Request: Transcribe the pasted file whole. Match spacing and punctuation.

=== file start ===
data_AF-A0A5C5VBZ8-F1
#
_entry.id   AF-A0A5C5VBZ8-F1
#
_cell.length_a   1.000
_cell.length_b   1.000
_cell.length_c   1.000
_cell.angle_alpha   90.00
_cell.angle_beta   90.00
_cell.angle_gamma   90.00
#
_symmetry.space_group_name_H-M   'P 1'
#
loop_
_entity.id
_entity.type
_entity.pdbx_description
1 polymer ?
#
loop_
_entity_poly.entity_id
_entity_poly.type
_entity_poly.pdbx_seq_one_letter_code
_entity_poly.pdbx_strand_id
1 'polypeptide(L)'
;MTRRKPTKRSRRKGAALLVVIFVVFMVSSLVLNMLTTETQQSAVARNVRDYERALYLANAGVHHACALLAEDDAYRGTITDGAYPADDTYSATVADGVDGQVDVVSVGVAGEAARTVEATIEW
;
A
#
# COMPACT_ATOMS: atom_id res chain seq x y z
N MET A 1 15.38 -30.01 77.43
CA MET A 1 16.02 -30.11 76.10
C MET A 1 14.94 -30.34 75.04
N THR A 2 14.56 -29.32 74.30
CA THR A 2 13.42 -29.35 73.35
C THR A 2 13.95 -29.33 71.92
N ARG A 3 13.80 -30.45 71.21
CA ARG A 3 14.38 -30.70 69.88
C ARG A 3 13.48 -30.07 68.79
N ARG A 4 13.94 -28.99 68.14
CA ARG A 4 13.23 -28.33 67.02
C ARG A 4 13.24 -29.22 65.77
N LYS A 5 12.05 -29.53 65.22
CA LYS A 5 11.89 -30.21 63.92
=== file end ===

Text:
data_AF-A0A5C5VBZ8-F1
#
_entry.id   AF-A0A5C5VBZ8-F1
#
_cell.length_a   1.000
_cell.length_b   1.000
_cell.length_c   1.000
_cell.angle_alpha   90.00
_cell.angle_beta   90.00
_cell.angle_gamma   90.00
#
_symmetry.space_group_name_H-M   'P 1'
#
loop_
_entity.id
_entity.type
_entity.pdbx_description
1 polymer ?
#
loop_
_entity_poly.entity_id
_entity_poly.type
_entity_poly.pdbx_seq_one_letter_code
_entity_poly.pdbx_strand_id
1 'polypeptide(L)'
;MTRRKPTKRSRRKGAALLVVIFVVFMVSSLVLNMLTTETQQSAVARNVRDYERALYLANAGVHHACALLAEDDAYRGTITDGAYPADDTYSATVADGVDGQVDVVSVGVAGEAARTVEATIEW
;
A
#
# COMPACT_ATOMS: atom_id res chain seq x y z
N MET A 1 15.38 -30.01 77.43
CA MET A 1 16.02 -30.11 76.10
C MET A 1 14.94 -30.34 75.04
N THR A 2 14.56 -29.32 74.30
CA THR A 2 13.42 -29.35 73.35
C THR A 2 13.95 -29.33 71.92
N ARG A 3 13.80 -30.45 71.21
CA ARG A 3 14.38 -30.70 69.88
C ARG A 3 13.48 -30.07 68.79
N ARG A 4 13.94 -28.99 68.14
CA ARG A 4 13.23 -28.33 67.02
C ARG A 4 13.24 -29.22 65.77
N LYS A 5 12.05 -29.53 65.22
CA LYS A 5 11.89 -30.21 63.92